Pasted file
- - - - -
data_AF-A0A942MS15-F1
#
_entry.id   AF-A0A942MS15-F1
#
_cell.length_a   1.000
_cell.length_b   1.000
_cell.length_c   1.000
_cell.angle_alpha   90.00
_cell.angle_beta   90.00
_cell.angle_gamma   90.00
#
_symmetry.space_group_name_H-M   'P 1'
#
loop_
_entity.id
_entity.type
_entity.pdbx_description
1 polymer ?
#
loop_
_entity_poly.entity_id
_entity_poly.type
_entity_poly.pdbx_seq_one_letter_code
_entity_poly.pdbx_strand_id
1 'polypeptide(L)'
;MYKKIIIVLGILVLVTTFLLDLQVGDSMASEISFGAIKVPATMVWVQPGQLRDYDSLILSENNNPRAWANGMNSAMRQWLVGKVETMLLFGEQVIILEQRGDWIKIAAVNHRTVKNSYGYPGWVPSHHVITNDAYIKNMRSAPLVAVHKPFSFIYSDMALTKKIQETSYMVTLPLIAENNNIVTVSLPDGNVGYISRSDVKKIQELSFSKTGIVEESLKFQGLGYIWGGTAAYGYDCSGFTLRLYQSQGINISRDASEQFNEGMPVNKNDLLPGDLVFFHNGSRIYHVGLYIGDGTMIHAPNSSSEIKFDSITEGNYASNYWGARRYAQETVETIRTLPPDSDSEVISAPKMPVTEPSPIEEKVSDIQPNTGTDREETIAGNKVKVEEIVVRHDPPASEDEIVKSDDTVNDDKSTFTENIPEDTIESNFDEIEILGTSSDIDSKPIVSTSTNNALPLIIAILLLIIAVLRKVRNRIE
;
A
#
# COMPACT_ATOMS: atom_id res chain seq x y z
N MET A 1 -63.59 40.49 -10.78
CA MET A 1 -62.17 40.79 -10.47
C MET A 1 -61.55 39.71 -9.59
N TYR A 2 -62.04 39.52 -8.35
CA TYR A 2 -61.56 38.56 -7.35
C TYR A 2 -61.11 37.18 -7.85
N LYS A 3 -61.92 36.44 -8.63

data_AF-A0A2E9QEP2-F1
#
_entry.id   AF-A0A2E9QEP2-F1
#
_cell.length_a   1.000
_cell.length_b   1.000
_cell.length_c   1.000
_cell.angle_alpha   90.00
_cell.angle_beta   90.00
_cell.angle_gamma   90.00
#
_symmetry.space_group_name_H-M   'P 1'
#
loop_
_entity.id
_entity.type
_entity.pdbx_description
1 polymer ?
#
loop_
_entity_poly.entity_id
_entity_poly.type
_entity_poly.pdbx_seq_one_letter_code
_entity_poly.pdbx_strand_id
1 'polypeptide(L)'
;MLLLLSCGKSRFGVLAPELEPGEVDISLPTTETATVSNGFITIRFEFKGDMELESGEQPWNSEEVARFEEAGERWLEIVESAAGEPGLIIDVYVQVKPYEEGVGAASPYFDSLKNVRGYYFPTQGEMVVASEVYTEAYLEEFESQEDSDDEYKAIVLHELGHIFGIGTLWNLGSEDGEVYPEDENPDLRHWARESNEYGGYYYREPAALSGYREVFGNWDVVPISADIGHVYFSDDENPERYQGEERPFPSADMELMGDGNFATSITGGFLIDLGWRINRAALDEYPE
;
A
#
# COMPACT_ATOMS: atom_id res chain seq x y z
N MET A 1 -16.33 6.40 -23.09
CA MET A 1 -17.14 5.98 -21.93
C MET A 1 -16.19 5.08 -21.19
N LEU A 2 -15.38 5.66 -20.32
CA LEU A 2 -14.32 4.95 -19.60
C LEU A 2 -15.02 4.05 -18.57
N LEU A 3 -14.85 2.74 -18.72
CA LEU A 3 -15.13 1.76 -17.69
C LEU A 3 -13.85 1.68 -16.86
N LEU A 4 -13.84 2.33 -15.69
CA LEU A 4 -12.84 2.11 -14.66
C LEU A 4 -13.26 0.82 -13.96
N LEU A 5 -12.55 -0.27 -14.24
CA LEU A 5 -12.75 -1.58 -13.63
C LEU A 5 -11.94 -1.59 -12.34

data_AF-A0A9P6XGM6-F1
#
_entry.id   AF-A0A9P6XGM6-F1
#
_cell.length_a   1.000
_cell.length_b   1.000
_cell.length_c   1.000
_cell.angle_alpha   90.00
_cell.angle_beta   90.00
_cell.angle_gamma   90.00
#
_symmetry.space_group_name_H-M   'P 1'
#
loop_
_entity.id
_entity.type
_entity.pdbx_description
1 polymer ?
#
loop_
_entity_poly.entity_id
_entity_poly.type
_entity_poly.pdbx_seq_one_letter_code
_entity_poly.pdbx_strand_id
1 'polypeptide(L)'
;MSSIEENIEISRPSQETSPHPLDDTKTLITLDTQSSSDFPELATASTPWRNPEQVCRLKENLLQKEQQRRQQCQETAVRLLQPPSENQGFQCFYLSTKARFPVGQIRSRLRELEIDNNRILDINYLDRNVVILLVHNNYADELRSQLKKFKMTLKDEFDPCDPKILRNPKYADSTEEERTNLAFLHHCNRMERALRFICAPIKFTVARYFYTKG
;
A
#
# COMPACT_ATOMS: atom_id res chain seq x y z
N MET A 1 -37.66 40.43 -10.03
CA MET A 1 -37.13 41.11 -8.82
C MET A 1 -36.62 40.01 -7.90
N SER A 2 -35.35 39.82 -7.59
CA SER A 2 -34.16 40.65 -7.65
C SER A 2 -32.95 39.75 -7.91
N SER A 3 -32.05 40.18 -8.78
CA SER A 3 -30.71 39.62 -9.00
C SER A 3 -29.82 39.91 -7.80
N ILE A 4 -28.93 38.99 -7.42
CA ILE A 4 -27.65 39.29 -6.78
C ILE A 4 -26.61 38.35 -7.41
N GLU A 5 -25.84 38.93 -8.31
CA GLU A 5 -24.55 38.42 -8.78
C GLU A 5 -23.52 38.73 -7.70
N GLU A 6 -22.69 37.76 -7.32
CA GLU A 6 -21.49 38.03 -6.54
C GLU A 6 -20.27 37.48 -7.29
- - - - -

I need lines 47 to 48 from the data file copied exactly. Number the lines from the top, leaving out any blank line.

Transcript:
_cell.angle_gamma   90.00
#